So there I am sitting in my bed when a mental alarm reminds me to check a certain well-known Christian company’s ‘current openings’ page. By this point, it had been a little over two months since I applied to (what appeared to be) the most exciting position I’ve come across in a while. I’m talking about the prospect of working as a…

Youth. Ministry. Specialist.

Just let that sink in for a bit, consider my night gig, and then let it sink down even more.

‘Cause truth is: this had me written all over it…like ‘magnum 5.3 mm, chisel trip, permanent sharpie ink’ written.

I mean…the very thought of me not receiving a phone call, an e-mail…anything…didn’t even cross my mind back when I was carefully packaging my writing sample, résumé, references, and questionnaire.

But alas…’tis what happened.

 Thus, as you can imagine, my mind couldn’t help but wonder…

what did my references say…?

…what are my credentials lacking…?

…is it because I’m still involved in youth ministry…?

…is it because I’m not affiliated with sou…(cough)…a certain denomination2?

Seriously…I’ve been involved in youth ministry for eight years…pastoring the last five. Forget the fact I have the drive and required skills to succeed. I’m a young voice with fresh, ‘2016 perspective’ on where youth ministry is in America these days. Why not take a flyer on this alone?

Granted, I still have no clue how many applicants applied…or if the job simply went off the radar without any notification.

All I know is for a few dark moments, I felt ‘struck out’ knowing a golden opportunity was now nothing more than an expired dream of what could/should’ve been.

Nail in coffin, I softly whispered, ‘Lord, help me. This one is gonna hurt’ before graciously drifting off.

Flash forward to today…and I’m feelin’ better. A little sore…but at the same time, I know when you’re down, you can’t stay down. Fall down seven, get up eight. Such is the philosophy of our ‘carry on’ culture, right?

Yet I also know, with every hurt, there’s not only a way out, but a transition out. The difference being…a way implies direction, but transition implies process. Thus, it’s fair to ask ourselves, ‘How do we navigate the process of overcoming when the pain seems unbearable’?

CHn6z8T

Again, I don’t have all the answers. But based on recent experiences alone, I can confidently submit:

1. God’s ways are always greater3. 

Sure, we may not understand this in every situation. Yet, when we contrast our finitude in light of sweet sovereignty, we ultimately discover the refuge behind God knowing what is best for us, even when it doesn’t make sense. I’m not sayin’ you’ll never feel like a sinking sailor caught up in a sea of potential, but I am sayin’ this shouldn’t ever deter you from trusting your Captain.

2. We can’t assume how things would’ve panned out.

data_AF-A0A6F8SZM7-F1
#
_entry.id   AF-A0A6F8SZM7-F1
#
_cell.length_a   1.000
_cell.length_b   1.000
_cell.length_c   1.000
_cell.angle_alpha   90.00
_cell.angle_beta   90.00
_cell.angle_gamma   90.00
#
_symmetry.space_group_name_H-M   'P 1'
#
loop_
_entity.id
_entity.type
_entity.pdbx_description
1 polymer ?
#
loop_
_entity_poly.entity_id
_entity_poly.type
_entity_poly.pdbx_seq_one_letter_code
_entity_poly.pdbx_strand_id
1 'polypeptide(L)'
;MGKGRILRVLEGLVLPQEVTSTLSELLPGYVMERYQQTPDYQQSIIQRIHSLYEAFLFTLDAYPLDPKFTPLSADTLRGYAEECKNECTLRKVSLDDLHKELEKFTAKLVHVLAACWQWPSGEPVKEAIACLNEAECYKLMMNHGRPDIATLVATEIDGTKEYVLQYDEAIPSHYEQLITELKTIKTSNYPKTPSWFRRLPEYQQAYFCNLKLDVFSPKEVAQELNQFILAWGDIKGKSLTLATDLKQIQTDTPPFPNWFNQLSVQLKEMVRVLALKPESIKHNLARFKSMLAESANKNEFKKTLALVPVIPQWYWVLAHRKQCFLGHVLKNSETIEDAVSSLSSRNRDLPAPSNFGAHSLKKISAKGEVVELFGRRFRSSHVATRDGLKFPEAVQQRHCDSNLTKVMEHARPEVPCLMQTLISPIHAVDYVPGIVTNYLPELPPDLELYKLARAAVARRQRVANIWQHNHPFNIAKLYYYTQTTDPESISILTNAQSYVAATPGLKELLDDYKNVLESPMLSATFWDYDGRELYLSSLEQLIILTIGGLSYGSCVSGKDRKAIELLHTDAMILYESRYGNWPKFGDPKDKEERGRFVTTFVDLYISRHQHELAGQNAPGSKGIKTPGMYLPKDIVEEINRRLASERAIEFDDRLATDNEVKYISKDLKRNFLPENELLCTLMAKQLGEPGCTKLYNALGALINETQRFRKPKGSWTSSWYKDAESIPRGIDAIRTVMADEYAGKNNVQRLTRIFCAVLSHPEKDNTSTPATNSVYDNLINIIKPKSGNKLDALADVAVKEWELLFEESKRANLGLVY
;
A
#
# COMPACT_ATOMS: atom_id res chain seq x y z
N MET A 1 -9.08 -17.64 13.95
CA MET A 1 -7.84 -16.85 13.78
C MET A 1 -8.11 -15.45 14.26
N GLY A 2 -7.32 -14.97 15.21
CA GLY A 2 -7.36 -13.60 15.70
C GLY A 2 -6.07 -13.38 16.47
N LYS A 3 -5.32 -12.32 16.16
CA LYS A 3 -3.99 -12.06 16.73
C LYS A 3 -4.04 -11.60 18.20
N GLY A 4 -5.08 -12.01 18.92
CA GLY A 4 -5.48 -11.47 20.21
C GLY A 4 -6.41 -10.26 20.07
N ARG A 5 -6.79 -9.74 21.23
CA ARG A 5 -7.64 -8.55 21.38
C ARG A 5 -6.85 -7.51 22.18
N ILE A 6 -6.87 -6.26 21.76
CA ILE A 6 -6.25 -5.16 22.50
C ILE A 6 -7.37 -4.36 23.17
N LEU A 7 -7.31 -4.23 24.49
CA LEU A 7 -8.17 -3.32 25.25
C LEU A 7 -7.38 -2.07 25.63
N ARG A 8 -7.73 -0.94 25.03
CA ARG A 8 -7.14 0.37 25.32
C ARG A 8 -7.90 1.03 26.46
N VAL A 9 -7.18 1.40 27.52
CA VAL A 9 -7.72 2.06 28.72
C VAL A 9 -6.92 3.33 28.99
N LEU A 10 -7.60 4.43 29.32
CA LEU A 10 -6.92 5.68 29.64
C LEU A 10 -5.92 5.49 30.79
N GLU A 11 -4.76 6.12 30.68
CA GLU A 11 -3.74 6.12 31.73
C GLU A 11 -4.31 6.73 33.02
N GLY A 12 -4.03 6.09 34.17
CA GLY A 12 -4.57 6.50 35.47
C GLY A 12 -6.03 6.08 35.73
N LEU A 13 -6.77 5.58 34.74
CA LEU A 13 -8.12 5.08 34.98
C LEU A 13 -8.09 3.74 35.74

This one may seem obvious. Yet, how often do we assert the wrong declaration? For instance, I can tell myself, ‘Things would have been great there!’ Then again, I’m basing my rationale on a piece of paper…an image on a screen. Yeah…I might feel judged being judged by a piece of paper, but what’s the point in reciprocating by conjecturing? Truth is: Only God knows the coulda/woulda/shoulda’s of life. Thus, why not proclaim the veracity of God’s faithfulness as it pertains to what he shields us from? Just sayin’…

3. At some point, we must embrace ‘careerealism’4.

Whenever we’re notified of not being the best fit, to be upset is only human. But to be professionalism in our attitude when no one is looking? That’s the kind of ‘wheat from chaff’ attitude we should aspire to.

If it helps, remember the four pro’s and three per’s:

Four pro’s: professional, proactive, productive, proficient

(i.e. to be professional is to be proactive in being proficiently productive)

Three per’s: perseverant, perceptive, persistent

(i.e. to be perseverant is to be persistent in being perceptive)

Combine these all together and you got a solid recipe of getting back on track the way God would have you.

————————————————————————————————————————————————–

Perhaps you’re wondering what your next move should be or are struggling to process work/job hunt-related disappointment. If you can relate, we want to encourage you today. So if you want to share your story in the comments below, feel free to do so…or if you’d rather shoot us a private message, that’s perfectly fine as well.

‘Til then, keep looking up and know the best is yet to come!

~ Cameron

THE_BEST_THINGAVAILABLE_1

Footnotes

  1. Highlighted by pregnancy, Caeden’s birth & new home
  2. What is the official “religion” of Tennessee, Alex…
  3. Isaiah 55:8-9
  4. Inspired by http://www.careerealism.com

Photo creds: careerfaqs.com & http://www.bpodiary.com

Hold on to Your Why (Part 1)

We now know we have a why…an internal motivation that gives our ministry meaning. This why serves as our anchor when we are faced with the inevitable desire to quit, throw up walls or just go into auto-pilot. To often, that why gets lost in the urgent, monotonous or discouraging things we encounter as we serve. How can we keep our why front and center when all the white noise is looking to push it to the sideline?

Over the next couple of posts, we will take a practical look at some things we can do to elevate and re-embrace our why.

First, Identify your why.

Hold up-don’t we know our why? I can’t start on that assumption. Personal experience has shown me that when discouragement hits, I often have to rediscover why. Why am I serving even though no one seems to care? Why am I investing in people when no one is investing into me? Why am I putting in hours (that, let’s be honest, we don’t really have) only to have no one show up? If we are asking why questions, chances are we need to go back to the beginning and reunite with our why. How do we do that? Take those same why questions and instead of asking them in a reactionary way, ask them in the future tense. “Why would I be willing to serve even if no one cares?” “Why do I want to invest, even if no one is investing in me”?, etc.

For many of us, the answer is: People. For those called to ministry, it is liking having a beating piece of God’s heart deposited in yours. We want to see people know Jesus. We want to see them walking in victory and in the fullness that God has planned for them. We want to see a God centered community formed that then impacts the city around us and glorifies God.